Israel’s very existence was on every speaker’s mind at the America-Israel Friendship League’s awards dinner in mid-November at the Plaza Hotel.
“As long as the Middle East conflict is about Israel’s existence and no existence, there can be no peace,” said historian Bernard Lewis, who received a Partners for Democracy Award.
League chairman Kenneth Bialkin presented the award also to industrialist Sami Sagol, chairman of the Keter Group, and Malcolm Hoenlein, executive vice chairman of the Conference of Presidents of Major American Jewish Organizations.
Wall Street Journal columnist Bret Stephens called Sderot “a disgrace” for Israel. “It demonstrates that the state is not effective in protecting its citizens. This is unacceptable. The purpose is not to showcase Jewish victimization. The purpose is to end victimization.”
Israeli Consul General Ido Aharoni set the Gaza campaign in historical perspective. He said Israel operated on the assumption that there was a simple bargain on the table: You give them land and they’ll give you peace. If Gaza is an example, this policy obviously failed.
In 2005 Prime Minister Ariel Sharon handed over the keys to Gaza to the Palestinians, hoping they’ll turn it into a tourism destination and a thriving industrial zone, for the future of their people. “Instead,” Aharoni said, “they turned it into one big weapons depot. We had to endure 12,000 rockets. What country would allow that?”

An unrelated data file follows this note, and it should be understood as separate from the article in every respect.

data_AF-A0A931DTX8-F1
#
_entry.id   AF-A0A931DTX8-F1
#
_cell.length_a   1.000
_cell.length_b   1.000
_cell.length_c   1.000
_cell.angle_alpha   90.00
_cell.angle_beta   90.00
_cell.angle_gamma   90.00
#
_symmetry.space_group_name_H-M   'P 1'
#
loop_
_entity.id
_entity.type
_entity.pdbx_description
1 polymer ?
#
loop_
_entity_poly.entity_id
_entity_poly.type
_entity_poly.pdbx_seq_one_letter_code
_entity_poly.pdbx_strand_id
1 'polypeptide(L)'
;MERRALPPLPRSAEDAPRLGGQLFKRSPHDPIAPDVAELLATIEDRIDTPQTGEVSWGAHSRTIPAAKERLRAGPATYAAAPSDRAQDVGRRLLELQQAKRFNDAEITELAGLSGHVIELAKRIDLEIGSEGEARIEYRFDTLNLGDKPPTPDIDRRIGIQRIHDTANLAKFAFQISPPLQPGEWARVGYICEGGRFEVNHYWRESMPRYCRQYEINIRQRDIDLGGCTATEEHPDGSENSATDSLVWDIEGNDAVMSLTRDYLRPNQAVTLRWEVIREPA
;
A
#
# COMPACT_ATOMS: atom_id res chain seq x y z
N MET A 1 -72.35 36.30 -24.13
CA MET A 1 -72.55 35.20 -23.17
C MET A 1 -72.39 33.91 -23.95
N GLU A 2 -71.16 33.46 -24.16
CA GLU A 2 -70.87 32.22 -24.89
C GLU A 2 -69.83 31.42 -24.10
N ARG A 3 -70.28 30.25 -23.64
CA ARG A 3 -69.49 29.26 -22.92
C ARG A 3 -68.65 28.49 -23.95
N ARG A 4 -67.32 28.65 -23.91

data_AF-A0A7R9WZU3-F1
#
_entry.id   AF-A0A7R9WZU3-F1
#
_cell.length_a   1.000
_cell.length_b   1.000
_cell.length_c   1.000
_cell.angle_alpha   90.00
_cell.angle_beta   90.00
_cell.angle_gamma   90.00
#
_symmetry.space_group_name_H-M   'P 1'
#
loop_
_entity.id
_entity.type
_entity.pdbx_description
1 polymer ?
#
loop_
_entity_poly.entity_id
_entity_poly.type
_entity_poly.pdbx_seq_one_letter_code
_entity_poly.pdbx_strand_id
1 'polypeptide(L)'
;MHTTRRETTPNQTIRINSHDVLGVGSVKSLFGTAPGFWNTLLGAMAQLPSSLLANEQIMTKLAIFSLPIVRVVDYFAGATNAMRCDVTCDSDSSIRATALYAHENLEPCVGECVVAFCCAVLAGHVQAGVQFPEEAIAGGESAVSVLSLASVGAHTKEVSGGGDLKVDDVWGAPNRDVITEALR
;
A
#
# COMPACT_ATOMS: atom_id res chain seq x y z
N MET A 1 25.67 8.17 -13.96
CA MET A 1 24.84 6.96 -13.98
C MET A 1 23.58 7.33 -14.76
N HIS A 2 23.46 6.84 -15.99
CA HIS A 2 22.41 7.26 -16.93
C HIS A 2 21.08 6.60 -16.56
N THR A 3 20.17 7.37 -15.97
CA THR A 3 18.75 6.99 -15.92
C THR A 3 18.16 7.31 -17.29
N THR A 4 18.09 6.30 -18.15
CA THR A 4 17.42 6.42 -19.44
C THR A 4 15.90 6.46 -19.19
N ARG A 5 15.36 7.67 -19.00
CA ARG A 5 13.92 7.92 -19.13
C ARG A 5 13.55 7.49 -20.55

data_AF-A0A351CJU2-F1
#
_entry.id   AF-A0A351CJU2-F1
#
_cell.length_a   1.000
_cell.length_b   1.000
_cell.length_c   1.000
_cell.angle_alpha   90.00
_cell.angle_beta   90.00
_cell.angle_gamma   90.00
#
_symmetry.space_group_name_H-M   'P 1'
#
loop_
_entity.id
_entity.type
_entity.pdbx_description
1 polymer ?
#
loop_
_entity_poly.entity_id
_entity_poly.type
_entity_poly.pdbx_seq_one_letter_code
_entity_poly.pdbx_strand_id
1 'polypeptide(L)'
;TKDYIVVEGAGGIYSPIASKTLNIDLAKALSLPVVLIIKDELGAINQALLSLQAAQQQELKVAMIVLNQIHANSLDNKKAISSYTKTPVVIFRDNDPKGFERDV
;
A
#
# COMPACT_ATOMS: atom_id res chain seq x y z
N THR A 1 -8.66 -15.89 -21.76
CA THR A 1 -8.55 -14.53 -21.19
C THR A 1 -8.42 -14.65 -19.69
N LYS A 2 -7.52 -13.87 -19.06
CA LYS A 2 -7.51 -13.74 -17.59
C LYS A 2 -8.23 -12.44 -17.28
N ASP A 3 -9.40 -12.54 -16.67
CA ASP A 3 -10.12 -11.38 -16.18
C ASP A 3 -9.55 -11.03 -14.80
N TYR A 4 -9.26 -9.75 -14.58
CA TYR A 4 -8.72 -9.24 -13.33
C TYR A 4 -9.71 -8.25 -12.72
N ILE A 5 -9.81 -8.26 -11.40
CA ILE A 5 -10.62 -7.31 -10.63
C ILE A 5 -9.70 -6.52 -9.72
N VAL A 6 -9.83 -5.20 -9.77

He noted that the Israelis tried a two-state solution when Prime Minister Ehud Olmert offered to give up 100 percent of the territories acquired in the 1967 Six Day War. But the Arabs turned him down.
“I fear,” Aharoni concluded, “that the conflict is not about the 1967 war, about land. The conflict is about the 1948 war, about existence.”
Hoenlein maintained that the current Gaza campaign is really about who will rule over the Middle East. “Will it be Turkey and a revived Ottoman empire, Iran and a Shiite empire, or Egypt and the Moslem Brotherhood?”
Immediately after the dinner Hoenlein led a group of 30 heads of major Jewish organizations on a solidarity mission to Israel during the Thanksgiving weekend. “I assured them there are lots of turkeys in Israel—of all kinds,” he said. After 16-hour days of high level government briefings, military meetings and tours of the south, the exhausted group gathered for a Thanksgiving turkey dinner at the Carlton Hotel in Tel Aviv.
Aharoni called Malcolm Hoenlein a legend early in his life. “Do you know the difference between a pit bull and Malcolm? A pit bull eventually lets go.”